What are the benefits for patients needing a specialist’s care? How are specialists selected and compensated? Does the plan have adequate specialists?

Does the program provide for any emergency treatment? If so, is it available outside the geographical area?

 Fee-for-Service Dental Plans

Direct Reimbursement (DR) plan is a self-funded dental insurance benefit plan which reimburses patients on actual spent on dental care. It is not based on the type of treatment received. The patient has complete freedom in choosing the dentist. The employers are liable to pay a percentage of actual treatment cost, but they do not have to pay monthly premiums for employees who do not need the benefit. Moreover the employer is free of any responsibility to take decisions on mode of treatment due to previous plan selection or sponsorships. Direct Reimbursement Dental Insurance Plan is American Dental Association’s preferred method of dental coverage.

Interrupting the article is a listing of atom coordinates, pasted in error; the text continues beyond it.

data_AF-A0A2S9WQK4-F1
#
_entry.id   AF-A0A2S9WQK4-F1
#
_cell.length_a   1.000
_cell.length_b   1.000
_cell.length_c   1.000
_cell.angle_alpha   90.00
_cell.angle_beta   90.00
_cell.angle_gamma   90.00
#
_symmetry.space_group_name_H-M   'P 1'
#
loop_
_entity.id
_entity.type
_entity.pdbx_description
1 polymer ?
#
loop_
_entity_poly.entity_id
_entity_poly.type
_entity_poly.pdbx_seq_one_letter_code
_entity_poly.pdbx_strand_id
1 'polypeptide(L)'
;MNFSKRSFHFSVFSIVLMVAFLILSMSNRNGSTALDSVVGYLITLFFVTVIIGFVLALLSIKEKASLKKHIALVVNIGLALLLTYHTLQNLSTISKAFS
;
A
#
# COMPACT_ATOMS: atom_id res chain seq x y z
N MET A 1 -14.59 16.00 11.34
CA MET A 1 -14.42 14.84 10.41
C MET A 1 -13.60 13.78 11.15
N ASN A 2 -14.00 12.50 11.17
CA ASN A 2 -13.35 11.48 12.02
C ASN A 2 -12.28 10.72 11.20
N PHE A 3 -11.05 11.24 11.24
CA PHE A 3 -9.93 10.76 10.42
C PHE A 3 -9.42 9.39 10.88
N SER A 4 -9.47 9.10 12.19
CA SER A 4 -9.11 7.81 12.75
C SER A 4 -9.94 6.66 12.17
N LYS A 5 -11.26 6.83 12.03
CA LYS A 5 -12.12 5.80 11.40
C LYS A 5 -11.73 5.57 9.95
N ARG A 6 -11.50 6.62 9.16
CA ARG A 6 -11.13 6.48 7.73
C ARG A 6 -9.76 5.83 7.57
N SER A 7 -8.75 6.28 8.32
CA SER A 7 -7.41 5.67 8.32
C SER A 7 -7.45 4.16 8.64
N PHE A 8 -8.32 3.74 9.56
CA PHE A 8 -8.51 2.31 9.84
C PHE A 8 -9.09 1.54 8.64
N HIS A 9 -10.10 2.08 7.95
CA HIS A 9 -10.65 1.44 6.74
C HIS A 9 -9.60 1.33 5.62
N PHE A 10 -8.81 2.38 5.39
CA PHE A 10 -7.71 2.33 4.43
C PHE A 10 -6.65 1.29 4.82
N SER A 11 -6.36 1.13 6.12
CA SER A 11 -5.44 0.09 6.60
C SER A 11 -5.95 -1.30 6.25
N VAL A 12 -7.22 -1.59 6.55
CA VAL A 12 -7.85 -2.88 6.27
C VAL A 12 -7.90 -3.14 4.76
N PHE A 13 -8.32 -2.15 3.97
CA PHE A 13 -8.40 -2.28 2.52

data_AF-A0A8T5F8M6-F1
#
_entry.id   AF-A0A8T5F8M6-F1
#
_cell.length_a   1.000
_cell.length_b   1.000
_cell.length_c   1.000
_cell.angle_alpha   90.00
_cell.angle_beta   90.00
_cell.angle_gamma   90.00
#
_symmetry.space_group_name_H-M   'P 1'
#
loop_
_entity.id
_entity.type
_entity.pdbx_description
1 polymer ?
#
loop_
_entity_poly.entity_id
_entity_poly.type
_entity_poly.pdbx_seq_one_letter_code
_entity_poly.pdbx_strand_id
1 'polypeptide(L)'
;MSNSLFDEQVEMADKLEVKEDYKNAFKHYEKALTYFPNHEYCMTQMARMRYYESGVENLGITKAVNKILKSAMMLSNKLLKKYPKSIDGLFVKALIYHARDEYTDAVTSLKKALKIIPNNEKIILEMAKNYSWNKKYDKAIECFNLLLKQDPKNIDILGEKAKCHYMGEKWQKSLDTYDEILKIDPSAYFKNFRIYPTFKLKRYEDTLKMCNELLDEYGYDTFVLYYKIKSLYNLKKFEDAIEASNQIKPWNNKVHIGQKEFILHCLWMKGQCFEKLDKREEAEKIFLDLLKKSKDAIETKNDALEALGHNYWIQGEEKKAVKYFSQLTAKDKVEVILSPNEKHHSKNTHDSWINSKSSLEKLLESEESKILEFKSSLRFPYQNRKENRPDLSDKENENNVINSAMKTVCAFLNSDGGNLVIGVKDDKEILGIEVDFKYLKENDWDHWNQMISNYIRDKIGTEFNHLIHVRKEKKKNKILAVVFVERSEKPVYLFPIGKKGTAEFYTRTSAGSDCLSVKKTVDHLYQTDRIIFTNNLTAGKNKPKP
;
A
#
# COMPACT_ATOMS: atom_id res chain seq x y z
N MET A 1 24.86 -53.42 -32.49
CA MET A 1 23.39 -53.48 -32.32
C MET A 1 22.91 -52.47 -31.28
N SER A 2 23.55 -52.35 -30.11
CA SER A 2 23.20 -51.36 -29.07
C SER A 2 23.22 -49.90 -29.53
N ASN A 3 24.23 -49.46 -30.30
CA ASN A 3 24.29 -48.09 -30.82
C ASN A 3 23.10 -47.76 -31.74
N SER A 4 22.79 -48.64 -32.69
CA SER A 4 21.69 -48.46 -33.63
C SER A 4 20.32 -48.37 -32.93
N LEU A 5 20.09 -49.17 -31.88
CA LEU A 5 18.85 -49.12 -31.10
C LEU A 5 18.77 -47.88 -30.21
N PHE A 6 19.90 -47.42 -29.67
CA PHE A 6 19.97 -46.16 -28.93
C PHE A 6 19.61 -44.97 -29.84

Tips on listing self-employment on your resume

Job Application FormBeing self-employed comes with many challenges – determining your niche, finding clients, having adequate insurance, hiring additional help, etc. To succeed as a freelancer, contractor, or a new business owner, you have to have determination, passion and patience, much of the same characteristics you need to successfully hunt for a new job. So why is self-employment on a resume a concern for your potential employer?

Listing self-employment on your resume when looking for full-time job can raise questions for your potential employer. They will ask questions such as: